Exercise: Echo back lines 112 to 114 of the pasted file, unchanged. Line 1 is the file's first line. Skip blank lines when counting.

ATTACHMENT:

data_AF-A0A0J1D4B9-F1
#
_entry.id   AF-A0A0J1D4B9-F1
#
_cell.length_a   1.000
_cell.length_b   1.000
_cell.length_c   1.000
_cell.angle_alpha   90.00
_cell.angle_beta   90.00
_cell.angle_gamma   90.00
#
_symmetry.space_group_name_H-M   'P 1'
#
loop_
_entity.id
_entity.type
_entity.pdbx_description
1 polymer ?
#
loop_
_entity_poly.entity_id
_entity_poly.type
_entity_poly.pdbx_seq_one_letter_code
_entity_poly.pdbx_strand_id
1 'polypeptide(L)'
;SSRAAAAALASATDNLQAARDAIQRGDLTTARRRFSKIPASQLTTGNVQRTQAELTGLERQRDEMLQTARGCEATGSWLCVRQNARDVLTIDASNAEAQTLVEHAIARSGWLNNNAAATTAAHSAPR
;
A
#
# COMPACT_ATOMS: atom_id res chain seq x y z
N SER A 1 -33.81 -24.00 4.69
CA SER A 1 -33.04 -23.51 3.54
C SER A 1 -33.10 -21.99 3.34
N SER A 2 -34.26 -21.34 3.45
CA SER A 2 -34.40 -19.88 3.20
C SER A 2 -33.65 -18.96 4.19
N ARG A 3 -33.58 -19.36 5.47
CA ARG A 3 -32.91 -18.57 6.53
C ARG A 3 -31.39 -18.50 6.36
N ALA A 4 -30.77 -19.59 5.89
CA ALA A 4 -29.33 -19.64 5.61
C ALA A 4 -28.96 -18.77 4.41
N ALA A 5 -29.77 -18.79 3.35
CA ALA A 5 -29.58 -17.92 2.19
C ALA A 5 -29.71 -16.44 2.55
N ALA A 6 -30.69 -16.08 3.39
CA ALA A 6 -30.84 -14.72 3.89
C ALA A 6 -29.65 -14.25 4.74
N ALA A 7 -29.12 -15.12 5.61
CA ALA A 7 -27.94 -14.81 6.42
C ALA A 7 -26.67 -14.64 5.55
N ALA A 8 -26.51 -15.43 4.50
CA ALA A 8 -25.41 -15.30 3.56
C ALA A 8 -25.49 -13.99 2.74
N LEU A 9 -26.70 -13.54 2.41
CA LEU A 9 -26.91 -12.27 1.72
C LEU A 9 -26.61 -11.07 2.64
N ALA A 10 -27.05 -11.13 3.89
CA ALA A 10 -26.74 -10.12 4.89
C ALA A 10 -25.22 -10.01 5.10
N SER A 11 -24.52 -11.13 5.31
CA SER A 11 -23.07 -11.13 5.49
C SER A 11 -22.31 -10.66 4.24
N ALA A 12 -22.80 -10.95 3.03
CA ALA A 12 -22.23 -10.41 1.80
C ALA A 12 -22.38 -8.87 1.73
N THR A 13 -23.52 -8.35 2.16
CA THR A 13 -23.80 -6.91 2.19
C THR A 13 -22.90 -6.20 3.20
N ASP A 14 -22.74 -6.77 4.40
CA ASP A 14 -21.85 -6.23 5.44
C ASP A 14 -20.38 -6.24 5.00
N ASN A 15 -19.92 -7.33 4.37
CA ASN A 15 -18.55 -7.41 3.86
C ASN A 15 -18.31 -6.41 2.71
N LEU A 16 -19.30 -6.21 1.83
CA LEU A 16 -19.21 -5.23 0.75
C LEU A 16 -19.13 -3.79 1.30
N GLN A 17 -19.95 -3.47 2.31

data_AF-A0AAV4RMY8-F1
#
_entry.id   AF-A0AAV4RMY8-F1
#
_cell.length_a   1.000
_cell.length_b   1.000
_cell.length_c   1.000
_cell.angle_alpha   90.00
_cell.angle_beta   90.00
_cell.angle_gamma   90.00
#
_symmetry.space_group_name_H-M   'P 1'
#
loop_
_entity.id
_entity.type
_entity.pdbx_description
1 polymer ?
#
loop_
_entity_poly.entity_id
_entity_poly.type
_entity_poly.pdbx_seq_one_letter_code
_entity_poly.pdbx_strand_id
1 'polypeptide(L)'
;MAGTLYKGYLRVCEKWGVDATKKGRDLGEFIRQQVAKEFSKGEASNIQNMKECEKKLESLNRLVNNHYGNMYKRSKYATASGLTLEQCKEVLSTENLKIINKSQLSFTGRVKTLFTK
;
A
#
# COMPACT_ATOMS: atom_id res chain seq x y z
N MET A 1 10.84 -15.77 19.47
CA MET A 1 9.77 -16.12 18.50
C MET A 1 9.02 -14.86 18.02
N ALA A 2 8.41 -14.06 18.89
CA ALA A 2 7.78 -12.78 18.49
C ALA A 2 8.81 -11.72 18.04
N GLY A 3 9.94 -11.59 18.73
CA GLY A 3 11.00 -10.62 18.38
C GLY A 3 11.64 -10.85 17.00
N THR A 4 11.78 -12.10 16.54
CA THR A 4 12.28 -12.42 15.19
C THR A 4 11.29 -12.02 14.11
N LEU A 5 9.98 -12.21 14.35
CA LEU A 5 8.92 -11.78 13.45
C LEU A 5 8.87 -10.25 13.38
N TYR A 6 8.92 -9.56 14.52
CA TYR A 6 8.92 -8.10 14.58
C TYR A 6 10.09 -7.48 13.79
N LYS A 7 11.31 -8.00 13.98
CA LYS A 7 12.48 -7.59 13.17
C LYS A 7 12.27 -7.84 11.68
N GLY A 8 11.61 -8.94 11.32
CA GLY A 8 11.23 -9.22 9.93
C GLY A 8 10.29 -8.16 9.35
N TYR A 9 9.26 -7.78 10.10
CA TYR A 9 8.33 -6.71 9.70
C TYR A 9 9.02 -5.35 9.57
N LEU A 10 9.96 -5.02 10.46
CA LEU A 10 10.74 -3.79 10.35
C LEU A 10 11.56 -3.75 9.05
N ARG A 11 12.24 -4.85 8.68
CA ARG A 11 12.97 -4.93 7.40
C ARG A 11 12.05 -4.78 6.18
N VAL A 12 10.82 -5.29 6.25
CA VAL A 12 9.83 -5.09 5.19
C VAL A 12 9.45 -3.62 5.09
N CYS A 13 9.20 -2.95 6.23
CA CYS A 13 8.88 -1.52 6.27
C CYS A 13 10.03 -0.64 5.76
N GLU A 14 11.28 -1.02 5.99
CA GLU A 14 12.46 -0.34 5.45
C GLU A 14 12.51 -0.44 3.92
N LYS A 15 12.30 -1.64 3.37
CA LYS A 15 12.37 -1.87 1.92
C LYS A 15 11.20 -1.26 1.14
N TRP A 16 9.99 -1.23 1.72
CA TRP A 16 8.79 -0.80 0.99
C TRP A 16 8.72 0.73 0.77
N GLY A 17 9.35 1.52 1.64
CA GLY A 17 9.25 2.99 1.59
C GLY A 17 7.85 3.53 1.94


C MET A 1 9.02 -14.86 18.02
N ALA A 2 8.41 -14.06 18.89
CA ALA A 2 7.78 -12.78 18.49